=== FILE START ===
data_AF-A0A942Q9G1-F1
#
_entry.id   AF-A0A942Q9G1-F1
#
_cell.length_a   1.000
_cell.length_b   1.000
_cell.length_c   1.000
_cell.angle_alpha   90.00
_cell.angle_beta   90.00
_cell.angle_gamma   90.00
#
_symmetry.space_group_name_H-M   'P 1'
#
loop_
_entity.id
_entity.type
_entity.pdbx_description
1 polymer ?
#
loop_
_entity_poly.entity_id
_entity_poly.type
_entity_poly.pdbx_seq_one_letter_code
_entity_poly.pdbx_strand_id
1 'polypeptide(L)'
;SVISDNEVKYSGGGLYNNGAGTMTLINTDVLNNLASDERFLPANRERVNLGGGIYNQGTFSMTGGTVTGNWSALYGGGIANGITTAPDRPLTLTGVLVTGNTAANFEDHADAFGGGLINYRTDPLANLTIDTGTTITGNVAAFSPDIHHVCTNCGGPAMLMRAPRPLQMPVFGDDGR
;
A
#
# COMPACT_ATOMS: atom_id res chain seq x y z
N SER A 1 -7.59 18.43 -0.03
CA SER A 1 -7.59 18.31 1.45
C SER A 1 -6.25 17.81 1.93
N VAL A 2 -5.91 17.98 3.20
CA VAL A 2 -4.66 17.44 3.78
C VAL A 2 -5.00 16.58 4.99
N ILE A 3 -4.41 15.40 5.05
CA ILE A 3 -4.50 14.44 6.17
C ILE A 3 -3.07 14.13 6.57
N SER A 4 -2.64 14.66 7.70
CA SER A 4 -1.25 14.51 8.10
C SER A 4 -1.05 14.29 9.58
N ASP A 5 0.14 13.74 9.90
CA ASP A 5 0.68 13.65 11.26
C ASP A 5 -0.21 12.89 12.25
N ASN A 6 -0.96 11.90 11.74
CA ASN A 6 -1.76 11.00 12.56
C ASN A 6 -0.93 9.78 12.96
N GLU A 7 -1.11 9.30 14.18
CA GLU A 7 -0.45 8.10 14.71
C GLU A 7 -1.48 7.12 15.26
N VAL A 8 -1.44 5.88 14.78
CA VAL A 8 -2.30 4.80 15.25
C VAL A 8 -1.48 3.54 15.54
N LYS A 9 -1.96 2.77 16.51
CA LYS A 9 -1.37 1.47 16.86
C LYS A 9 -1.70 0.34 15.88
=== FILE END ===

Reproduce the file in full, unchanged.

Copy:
data_AF-A0A942Q9G1-F1
#
_entry.id   AF-A0A942Q9G1-F1
#
_cell.length_a   1.000
_cell.length_b   1.000
_cell.length_c   1.000
_cell.angle_alpha   90.00
_cell.angle_beta   90.00
_cell.angle_gamma   90.00
#
_symmetry.space_group_name_H-M   'P 1'
#
loop_
_entity.id
_entity.type
_entity.pdbx_description
1 polymer ?
#
loop_
_entity_poly.entity_id
_entity_poly.type
_entity_poly.pdbx_seq_one_letter_code
_entity_poly.pdbx_strand_id
1 'polypeptide(L)'
;SVISDNEVKYSGGGLYNNGAGTMTLINTDVLNNLASDERFLPANRERVNLGGGIYNQGTFSMTGGTVTGNWSALYGGGIANGITTAPDRPLTLTGVLVTGNTAANFEDHADAFGGGLINYRTDPLANLTIDTGTTITGNVAAFSPDIHHVCTNCGGPAMLMRAPRPLQMPVFGDDGR
;
A
#
# COMPACT_ATOMS: atom_id res chain seq x y z
N SER A 1 -7.59 18.43 -0.03
CA SER A 1 -7.59 18.31 1.45
C SER A 1 -6.25 17.81 1.93
N VAL A 2 -5.91 17.98 3.20
CA VAL A 2 -4.66 17.44 3.78
C VAL A 2 -5.00 16.58 4.99
N ILE A 3 -4.41 15.40 5.05
CA ILE A 3 -4.50 14.44 6.17
C ILE A 3 -3.07 14.13 6.57
N SER A 4 -2.64 14.66 7.70
CA SER A 4 -1.25 14.51 8.10
C SER A 4 -1.05 14.29 9.58
N ASP A 5 0.14 13.74 9.90
CA ASP A 5 0.68 13.65 11.26
C ASP A 5 -0.21 12.89 12.25
N ASN A 6 -0.96 11.90 11.74
CA ASN A 6 -1.76 11.00 12.56
C ASN A 6 -0.93 9.78 12.96
N GLU A 7 -1.11 9.30 14.18
CA GLU A 7 -0.45 8.10 14.71
C GLU A 7 -1.48 7.12 15.26
N VAL A 8 -1.44 5.88 14.78
CA VAL A 8 -2.30 4.80 15.25
C VAL A 8 -1.48 3.54 15.54
N LYS A 9 -1.96 2.77 16.51
CA LYS A 9 -1.37 1.47 16.86
C LYS A 9 -1.70 0.34 15.88